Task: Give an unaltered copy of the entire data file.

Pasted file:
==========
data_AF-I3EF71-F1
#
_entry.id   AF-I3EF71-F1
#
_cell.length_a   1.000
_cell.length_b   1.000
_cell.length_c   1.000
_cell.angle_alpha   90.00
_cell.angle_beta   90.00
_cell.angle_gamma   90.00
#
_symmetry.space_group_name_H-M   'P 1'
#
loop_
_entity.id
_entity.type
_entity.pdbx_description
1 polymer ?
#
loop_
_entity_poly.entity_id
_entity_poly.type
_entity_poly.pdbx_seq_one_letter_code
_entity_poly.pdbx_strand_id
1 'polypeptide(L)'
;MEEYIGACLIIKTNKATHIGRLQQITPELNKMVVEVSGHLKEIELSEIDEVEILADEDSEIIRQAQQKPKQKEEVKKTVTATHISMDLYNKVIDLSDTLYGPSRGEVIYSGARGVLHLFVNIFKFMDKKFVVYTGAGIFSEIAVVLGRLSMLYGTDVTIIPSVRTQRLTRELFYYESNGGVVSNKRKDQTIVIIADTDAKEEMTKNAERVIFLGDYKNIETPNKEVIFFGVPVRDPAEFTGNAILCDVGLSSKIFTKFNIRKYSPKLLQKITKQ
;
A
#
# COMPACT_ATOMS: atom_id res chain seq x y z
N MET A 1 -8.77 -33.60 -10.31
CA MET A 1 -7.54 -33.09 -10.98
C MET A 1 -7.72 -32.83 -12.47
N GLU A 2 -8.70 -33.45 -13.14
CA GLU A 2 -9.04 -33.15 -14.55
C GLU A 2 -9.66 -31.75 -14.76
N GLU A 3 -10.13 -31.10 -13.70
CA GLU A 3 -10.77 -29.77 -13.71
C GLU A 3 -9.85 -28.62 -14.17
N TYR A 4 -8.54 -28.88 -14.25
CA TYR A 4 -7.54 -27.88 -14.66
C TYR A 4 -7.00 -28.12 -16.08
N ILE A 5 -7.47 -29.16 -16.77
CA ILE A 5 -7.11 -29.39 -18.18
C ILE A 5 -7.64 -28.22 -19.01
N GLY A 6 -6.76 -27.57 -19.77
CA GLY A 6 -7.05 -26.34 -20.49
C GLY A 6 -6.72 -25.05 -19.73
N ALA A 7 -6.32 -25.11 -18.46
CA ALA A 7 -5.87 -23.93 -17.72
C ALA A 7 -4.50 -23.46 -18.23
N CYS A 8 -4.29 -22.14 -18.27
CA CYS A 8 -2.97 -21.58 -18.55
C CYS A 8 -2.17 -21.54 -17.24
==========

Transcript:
data_AF-I3EF71-F1
#
_entry.id   AF-I3EF71-F1
#
_cell.length_a   1.000
_cell.length_b   1.000
_cell.length_c   1.000
_cell.angle_alpha   90.00
_cell.angle_beta   90.00
_cell.angle_gamma   90.00
#
_symmetry.space_group_name_H-M   'P 1'
#
loop_
_entity.id
_entity.type
_entity.pdbx_description
1 polymer ?
#
loop_
_entity_poly.entity_id
_entity_poly.type
_entity_poly.pdbx_seq_one_letter_code
_entity_poly.pdbx_strand_id
1 'polypeptide(L)'
;MEEYIGACLIIKTNKATHIGRLQQITPELNKMVVEVSGHLKEIELSEIDEVEILADEDSEIIRQAQQKPKQKEEVKKTVTATHISMDLYNKVIDLSDTLYGPSRGEVIYSGARGVLHLFVNIFKFMDKKFVVYTGAGIFSEIAVVLGRLSMLYGTDVTIIPSVRTQRLTRELFYYESNGGVVSNKRKDQTIVIIADTDAKEEMTKNAERVIFLGDYKNIETPNKEVIFFGVPVRDPAEFTGNAILCDVGLSSKIFTKFNIRKYSPKLLQKITKQ
;
A
#
# COMPACT_ATOMS: atom_id res chain seq x y z
N MET A 1 -8.77 -33.60 -10.31
CA MET A 1 -7.54 -33.09 -10.98
C MET A 1 -7.72 -32.83 -12.47
N GLU A 2 -8.70 -33.45 -13.14
CA GLU A 2 -9.04 -33.15 -14.55
C GLU A 2 -9.66 -31.75 -14.76
N GLU A 3 -10.13 -31.10 -13.70
CA GLU A 3 -10.77 -29.77 -13.71
C GLU A 3 -9.85 -28.62 -14.17
N TYR A 4 -8.54 -28.88 -14.25
CA TYR A 4 -7.54 -27.88 -14.66
C TYR A 4 -7.00 -28.12 -16.08
N ILE A 5 -7.47 -29.16 -16.77
CA ILE A 5 -7.11 -29.39 -18.18
C ILE A 5 -7.64 -28.22 -19.01
N GLY A 6 -6.76 -27.57 -19.77
CA GLY A 6 -7.05 -26.34 -20.49
C GLY A 6 -6.72 -25.05 -19.73
N ALA A 7 -6.32 -25.11 -18.46
CA ALA A 7 -5.87 -23.93 -17.72
C ALA A 7 -4.50 -23.46 -18.23
N CYS A 8 -4.29 -22.14 -18.27
CA CYS A 8 -2.97 -21.58 -18.55
C CYS A 8 -2.17 -21.54 -17.24